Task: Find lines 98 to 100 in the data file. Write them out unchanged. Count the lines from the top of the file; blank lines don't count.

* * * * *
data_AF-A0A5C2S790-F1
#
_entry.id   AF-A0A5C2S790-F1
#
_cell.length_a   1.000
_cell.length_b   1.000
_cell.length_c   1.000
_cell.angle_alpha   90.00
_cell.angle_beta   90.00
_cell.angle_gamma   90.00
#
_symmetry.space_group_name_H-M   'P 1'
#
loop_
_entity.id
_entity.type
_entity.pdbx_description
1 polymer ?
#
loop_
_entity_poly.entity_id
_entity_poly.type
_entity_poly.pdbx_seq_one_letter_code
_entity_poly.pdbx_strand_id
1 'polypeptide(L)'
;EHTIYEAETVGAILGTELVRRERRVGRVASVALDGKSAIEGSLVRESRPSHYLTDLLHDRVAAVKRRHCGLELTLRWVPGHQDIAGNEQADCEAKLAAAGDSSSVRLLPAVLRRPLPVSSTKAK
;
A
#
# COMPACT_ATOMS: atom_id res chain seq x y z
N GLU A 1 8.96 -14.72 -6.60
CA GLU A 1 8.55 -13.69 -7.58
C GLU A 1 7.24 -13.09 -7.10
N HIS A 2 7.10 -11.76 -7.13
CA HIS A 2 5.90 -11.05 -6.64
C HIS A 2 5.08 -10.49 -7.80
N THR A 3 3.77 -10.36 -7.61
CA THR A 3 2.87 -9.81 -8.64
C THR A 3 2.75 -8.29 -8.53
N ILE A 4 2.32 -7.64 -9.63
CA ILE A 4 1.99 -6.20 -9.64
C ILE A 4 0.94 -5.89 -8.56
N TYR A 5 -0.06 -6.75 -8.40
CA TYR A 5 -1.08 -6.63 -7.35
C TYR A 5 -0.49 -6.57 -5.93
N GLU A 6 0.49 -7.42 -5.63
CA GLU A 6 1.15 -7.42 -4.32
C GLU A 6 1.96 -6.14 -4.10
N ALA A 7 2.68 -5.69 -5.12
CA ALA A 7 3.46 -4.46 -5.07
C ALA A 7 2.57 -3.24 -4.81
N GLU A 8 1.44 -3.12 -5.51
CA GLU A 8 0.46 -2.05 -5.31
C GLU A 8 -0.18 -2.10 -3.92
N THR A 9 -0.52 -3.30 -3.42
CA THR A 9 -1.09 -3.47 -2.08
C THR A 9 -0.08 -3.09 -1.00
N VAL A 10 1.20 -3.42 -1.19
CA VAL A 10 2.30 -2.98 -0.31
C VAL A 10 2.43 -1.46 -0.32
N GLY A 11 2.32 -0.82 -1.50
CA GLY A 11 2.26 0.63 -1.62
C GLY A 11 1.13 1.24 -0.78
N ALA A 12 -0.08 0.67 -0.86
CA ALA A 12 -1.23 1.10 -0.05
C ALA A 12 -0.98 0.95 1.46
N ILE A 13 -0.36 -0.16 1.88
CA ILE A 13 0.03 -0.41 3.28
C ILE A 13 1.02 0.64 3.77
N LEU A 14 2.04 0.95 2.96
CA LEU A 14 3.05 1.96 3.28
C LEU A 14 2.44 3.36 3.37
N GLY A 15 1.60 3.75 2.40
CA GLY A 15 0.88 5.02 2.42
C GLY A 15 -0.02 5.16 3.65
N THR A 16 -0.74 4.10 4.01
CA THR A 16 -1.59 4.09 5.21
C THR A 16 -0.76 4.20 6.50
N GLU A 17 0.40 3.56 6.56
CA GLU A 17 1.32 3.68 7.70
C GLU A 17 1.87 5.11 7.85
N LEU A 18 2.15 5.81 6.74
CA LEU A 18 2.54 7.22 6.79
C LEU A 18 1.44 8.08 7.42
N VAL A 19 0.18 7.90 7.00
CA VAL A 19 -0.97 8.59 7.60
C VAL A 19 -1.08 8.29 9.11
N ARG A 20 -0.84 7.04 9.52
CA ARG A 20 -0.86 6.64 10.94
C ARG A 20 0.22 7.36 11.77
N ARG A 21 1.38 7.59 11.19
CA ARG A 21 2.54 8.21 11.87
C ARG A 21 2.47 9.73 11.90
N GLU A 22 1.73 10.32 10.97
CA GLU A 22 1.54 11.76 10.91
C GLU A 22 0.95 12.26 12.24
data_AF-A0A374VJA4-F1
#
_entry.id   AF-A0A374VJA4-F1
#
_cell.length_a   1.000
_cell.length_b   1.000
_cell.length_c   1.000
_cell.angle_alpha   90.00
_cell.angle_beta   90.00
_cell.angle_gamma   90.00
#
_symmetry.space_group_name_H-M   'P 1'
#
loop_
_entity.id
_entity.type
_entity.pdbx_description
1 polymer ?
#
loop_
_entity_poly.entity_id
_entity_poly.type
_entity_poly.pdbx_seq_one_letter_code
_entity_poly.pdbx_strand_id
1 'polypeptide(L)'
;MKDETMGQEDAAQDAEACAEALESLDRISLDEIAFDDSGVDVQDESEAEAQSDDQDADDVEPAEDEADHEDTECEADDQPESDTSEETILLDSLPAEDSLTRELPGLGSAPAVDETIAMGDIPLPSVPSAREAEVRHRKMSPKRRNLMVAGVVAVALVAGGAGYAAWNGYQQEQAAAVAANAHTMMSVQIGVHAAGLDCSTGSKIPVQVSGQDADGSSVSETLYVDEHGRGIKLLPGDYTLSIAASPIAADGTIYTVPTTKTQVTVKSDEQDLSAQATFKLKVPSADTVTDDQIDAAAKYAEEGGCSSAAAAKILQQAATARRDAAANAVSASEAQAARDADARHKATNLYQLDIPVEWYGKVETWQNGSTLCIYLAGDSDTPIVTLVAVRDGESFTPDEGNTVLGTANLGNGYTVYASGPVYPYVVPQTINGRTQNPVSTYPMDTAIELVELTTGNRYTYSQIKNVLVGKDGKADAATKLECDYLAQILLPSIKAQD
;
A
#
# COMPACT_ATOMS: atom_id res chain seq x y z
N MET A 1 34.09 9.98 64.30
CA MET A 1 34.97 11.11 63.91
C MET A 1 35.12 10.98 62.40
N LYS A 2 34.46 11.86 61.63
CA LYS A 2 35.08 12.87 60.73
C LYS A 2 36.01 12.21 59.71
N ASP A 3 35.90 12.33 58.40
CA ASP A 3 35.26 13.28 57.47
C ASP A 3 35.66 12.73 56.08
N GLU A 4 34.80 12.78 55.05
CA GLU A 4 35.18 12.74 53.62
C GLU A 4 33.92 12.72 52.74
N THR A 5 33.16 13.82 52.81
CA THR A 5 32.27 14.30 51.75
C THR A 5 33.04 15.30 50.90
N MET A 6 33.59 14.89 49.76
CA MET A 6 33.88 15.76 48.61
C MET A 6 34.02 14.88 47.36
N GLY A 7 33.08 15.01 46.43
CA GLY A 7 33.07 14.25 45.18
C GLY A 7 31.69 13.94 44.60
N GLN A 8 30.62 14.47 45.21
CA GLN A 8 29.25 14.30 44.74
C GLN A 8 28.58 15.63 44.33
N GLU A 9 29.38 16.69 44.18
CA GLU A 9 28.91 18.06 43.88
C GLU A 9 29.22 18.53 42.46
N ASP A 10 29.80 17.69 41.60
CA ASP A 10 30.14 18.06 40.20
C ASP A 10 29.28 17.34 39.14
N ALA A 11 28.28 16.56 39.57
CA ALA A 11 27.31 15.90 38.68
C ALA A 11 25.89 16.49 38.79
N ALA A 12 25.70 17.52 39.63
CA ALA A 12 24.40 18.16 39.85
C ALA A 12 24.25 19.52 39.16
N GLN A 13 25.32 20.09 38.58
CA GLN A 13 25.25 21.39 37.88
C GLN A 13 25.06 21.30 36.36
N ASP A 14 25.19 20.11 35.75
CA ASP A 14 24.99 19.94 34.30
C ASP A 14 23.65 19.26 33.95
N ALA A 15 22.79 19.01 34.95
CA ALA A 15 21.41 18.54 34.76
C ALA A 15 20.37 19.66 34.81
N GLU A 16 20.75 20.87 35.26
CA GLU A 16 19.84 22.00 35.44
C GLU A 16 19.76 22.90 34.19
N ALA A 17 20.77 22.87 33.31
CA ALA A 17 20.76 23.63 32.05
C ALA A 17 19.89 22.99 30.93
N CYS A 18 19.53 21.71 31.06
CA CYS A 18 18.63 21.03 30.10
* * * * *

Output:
#
_entry.id   AF-A0A374VJA4-F1
#